Diagnosing sports-related concussions may be harder than thought
The tool being used to diagnose concussions might be overestimating the condition and wrongly identifying symptoms like fatigue and neck pain caused from intense exercise and not a brain injury, according to Rutgers researchers.
This new research raises new questions about the Sport Concussion Assessment Tool (SCAT), a questionnaire widely used along with other methods to diagnose concussions sustained during sports. Findings were presented at the American Physiological Society annual meeting April 5.
"Our findings highlight the importance of considering the effects of exercise and fatigue in assessing concussions in athletes on the field," said the study's first author, Stephanie Iring, a doctoral candidate in the laboratory of Jorge Serrador, an associate professor at the Rutgers School of Health Professions. "While players with a head impact may report more symptoms generally, we have to be cautious in using all symptoms on the assessment since some are common after intense exercise even when there was no head impact."
A concussion is a traumatic brain injury usually caused by a blow to the head. Although not typically life-threatening, the effects can be serious and long-lasting. About 3.8 million sports-related concussions are reported each year in the United States.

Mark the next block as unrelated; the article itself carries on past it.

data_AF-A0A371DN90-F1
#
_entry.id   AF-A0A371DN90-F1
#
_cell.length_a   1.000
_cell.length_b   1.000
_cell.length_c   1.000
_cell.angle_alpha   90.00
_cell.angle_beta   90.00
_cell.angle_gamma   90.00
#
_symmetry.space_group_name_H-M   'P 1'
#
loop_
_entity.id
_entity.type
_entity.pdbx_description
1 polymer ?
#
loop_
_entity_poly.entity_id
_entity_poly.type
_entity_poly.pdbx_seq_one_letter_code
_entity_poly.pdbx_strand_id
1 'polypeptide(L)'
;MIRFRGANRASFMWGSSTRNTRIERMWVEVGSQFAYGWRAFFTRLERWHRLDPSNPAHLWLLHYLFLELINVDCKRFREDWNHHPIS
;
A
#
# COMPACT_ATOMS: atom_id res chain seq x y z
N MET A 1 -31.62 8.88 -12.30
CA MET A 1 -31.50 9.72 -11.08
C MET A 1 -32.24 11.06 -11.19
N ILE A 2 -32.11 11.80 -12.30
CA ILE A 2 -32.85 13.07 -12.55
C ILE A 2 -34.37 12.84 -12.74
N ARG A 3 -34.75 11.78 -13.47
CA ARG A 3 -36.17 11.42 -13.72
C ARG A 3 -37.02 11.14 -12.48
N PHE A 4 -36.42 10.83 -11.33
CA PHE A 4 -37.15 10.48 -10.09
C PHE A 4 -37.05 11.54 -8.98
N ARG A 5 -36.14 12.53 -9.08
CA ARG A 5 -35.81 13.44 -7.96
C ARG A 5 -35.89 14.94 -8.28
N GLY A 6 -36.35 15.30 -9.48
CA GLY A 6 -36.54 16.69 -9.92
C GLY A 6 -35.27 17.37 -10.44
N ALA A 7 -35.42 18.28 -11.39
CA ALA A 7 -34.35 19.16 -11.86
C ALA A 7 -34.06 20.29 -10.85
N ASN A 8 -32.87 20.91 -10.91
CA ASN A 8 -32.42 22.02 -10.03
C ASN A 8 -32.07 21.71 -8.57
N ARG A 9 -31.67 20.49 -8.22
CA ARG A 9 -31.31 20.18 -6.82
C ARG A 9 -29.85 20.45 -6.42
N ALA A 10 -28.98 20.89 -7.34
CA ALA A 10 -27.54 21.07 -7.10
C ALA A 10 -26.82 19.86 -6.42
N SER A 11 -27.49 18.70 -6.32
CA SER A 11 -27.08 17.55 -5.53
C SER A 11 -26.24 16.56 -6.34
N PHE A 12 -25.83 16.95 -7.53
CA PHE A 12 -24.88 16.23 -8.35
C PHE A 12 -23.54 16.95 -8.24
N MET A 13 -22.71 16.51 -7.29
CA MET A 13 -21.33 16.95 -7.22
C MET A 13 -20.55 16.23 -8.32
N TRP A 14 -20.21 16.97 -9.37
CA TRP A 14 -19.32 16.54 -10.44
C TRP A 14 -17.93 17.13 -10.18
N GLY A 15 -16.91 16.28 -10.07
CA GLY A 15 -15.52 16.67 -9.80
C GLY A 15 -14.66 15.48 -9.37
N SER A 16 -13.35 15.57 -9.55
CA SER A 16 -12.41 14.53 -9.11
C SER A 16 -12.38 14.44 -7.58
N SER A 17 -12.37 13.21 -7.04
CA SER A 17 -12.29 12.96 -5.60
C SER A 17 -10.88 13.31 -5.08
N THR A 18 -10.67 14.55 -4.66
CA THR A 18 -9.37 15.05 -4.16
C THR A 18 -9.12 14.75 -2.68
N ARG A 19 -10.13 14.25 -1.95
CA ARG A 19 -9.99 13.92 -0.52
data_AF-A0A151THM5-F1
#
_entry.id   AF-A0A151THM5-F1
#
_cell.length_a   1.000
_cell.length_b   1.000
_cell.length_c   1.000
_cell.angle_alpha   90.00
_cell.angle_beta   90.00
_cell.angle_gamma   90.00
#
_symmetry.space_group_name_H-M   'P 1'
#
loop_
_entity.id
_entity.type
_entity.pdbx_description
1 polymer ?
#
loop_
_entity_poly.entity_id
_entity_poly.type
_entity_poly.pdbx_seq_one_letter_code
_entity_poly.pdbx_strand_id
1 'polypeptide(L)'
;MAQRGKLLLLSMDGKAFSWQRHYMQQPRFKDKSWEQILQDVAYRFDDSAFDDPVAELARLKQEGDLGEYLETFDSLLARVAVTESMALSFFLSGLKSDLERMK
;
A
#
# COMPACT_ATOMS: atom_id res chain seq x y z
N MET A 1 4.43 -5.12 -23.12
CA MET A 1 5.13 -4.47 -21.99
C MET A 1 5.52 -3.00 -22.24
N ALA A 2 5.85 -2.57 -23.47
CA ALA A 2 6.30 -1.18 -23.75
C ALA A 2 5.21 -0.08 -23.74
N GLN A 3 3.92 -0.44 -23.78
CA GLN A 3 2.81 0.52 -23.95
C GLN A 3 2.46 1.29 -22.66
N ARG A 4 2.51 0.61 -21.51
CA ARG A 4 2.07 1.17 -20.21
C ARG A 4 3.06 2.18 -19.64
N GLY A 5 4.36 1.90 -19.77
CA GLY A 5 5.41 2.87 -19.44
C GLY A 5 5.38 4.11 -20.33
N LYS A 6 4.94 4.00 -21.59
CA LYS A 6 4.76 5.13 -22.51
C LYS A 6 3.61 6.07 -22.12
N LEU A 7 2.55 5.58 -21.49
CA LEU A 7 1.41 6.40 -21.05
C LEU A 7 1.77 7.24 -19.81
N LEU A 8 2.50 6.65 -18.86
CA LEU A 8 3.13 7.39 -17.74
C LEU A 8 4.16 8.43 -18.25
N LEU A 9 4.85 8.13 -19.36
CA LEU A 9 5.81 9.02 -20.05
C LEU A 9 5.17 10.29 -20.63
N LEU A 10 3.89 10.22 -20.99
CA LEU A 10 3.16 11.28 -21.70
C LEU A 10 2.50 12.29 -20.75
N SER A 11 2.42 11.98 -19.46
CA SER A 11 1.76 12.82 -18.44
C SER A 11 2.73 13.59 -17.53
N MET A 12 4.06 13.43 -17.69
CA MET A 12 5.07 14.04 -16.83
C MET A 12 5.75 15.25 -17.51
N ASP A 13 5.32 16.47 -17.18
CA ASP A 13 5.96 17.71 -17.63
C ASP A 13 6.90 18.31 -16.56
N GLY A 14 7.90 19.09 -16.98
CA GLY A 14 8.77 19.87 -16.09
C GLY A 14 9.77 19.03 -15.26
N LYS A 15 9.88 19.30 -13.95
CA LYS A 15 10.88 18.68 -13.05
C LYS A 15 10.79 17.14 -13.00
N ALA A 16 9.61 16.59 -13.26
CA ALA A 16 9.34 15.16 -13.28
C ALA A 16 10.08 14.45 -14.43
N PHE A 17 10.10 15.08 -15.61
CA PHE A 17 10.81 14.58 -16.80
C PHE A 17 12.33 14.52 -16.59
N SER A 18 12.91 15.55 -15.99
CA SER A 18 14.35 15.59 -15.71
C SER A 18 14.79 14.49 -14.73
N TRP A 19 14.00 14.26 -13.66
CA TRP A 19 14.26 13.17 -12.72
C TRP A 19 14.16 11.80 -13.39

SCAT is a tool designed for use by medical professionals to determine whether a player has suffered a concussion. The assessment includes questions about "red flag" symptoms such as neck pain, headache, muscle weakness and vision problems in addition to tests to assess memory loss and other symptoms.
In previous studies of the tool, researchers compared symptoms in athletes who experienced a blow to the head with people who have been at rest. For the new study, researchers compared SCAT scores in rugby players who had sustained a blow to the head with teammates who had just played an intense rugby match but did not have a head impact. They assessed 209 players, 80 of whom had experienced a head impact and 129 who had not.
Compared with those who did suffer a head injury, those who did have a head injury had significantly more symptoms on the SCAT assessment, reporting 26 symptoms on average. Non-injured players reported about nine symptoms. However, many players without a head injury had symptoms similar to those reported by head-injured players, including fatigue and neck pain.
"Our data shows that exertion during a match increased the number and severity of self-reported symptoms in control players even though they had not experienced a head impact," Iring said. "This could lead to difficulty differentiating these players from those that had experienced a head impact when using on-field assessments."
Some symptoms, including headache and "not feeling right," were more closely associated with having a head injury. This suggests these symptoms might be a stronger indicator of concussion in players who have just finished an intense game, according to researchers. In addition to headache, other symptoms more common in those with a head injury included cognitive-sensory effects, emotional-affective symptoms and hypersensitivity. The researchers suggested further studies are needed to examine how these components can be used along with current physiological measures to better assess a concussion in athletes.